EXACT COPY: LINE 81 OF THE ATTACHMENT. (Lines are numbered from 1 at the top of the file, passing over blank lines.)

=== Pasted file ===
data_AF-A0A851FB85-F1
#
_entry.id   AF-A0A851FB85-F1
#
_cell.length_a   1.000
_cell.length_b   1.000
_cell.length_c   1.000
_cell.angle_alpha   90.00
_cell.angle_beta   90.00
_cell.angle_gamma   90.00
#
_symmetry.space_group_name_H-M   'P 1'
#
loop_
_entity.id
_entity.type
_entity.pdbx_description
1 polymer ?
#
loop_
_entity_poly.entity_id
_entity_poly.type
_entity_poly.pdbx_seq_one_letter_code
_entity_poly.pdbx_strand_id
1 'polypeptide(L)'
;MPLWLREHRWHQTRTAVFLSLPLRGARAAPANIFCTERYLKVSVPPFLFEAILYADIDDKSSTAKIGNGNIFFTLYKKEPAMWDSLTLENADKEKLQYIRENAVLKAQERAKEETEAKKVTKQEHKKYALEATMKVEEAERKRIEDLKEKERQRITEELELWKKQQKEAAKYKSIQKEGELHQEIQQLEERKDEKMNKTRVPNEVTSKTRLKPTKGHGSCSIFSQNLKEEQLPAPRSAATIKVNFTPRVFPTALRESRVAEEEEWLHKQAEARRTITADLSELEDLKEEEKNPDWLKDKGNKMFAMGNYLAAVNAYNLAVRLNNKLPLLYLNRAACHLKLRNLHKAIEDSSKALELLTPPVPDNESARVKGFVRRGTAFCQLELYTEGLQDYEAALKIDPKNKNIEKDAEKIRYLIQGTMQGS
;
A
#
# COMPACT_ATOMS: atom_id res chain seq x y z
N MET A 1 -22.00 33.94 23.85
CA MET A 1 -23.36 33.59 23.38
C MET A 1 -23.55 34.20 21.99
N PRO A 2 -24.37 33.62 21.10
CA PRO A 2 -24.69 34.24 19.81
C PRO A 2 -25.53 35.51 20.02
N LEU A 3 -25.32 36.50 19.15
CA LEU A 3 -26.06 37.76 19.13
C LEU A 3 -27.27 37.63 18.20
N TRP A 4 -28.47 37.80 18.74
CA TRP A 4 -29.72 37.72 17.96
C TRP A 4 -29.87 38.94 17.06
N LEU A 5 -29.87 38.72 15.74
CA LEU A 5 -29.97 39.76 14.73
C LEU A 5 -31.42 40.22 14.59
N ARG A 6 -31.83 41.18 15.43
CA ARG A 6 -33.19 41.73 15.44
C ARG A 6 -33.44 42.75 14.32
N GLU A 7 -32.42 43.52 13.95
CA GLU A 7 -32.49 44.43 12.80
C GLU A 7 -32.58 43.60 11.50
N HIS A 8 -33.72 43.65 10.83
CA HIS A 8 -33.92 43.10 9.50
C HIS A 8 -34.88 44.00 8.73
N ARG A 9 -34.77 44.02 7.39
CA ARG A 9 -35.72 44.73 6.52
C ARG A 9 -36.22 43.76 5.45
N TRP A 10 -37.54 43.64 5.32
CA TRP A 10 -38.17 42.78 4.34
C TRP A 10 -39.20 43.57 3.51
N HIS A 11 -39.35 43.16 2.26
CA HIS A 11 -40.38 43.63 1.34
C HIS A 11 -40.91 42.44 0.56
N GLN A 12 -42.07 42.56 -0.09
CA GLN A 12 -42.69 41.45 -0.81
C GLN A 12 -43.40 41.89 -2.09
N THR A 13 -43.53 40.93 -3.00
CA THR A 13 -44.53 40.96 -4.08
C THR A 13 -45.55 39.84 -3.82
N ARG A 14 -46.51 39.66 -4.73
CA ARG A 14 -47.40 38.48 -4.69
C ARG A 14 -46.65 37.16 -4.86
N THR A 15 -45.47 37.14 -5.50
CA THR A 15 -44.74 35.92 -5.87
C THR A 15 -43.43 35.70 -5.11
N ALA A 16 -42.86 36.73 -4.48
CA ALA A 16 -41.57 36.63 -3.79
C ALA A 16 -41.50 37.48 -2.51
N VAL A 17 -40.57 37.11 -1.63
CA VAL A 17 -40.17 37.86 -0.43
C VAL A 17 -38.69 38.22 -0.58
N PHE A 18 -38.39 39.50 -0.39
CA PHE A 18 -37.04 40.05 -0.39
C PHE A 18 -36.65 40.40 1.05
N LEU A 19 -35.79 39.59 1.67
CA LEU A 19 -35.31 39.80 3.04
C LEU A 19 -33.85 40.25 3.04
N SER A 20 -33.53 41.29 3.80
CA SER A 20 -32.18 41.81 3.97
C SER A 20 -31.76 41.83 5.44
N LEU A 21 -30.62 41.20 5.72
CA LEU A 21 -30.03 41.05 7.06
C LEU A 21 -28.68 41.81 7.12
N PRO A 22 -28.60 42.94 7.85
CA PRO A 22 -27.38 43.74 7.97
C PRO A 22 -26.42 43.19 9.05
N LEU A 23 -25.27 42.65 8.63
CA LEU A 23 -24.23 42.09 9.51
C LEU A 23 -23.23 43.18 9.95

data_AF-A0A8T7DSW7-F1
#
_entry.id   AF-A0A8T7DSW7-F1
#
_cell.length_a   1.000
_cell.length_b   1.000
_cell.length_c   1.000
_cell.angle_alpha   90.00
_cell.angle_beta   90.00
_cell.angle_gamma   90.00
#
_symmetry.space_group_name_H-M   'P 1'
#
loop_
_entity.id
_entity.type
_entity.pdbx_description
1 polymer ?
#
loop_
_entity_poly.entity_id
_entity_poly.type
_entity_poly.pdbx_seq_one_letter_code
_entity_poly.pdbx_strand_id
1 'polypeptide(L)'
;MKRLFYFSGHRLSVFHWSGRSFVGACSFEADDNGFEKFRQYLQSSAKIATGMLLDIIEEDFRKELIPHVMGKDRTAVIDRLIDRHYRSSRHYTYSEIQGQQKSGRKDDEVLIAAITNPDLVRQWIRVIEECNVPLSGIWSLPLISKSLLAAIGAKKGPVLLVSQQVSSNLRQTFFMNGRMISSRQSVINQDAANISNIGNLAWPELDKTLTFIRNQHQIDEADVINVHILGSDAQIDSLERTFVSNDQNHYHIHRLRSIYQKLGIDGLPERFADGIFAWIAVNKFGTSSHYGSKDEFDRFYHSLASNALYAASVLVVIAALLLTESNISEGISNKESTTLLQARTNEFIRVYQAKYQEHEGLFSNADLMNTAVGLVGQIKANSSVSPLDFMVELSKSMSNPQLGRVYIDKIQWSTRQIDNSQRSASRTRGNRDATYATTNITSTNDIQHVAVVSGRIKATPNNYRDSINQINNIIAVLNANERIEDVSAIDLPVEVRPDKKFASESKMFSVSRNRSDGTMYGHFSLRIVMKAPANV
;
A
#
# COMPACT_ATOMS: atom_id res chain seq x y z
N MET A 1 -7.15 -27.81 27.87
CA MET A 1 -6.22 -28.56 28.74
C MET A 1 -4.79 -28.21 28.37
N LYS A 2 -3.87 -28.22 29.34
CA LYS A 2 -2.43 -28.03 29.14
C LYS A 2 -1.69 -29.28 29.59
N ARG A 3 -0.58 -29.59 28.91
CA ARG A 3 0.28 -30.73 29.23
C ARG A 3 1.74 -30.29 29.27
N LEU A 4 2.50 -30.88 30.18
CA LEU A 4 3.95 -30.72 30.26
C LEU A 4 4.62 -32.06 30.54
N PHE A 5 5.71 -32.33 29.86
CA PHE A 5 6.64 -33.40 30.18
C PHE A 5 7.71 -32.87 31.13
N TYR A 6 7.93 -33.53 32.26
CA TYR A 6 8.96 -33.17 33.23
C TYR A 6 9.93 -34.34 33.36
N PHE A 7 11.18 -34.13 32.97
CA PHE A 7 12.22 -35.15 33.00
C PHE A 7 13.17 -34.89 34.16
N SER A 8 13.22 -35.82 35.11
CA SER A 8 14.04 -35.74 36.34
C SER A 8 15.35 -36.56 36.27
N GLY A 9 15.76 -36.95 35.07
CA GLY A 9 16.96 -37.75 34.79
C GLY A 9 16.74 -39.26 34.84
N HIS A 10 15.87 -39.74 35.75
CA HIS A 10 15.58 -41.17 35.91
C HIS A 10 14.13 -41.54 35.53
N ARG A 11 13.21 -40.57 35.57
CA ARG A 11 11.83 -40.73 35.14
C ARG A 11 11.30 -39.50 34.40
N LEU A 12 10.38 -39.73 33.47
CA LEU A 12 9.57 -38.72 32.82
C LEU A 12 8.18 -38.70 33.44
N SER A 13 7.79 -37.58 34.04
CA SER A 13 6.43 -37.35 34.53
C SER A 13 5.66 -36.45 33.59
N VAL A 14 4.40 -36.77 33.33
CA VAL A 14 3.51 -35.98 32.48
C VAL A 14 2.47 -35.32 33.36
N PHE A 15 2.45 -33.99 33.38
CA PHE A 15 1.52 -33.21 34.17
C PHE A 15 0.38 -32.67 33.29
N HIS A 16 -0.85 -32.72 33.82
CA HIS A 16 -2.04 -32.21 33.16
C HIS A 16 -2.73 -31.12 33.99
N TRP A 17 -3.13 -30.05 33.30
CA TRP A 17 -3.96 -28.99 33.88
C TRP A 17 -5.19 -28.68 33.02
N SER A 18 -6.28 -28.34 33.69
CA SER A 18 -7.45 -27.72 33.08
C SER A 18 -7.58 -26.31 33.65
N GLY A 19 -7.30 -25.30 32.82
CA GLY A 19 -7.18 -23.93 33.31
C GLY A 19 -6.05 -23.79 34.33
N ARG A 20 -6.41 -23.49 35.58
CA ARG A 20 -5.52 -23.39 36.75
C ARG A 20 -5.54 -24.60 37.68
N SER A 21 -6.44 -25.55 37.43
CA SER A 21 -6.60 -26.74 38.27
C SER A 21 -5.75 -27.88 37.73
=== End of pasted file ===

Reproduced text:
C VAL A 17 -38.69 38.22 -0.58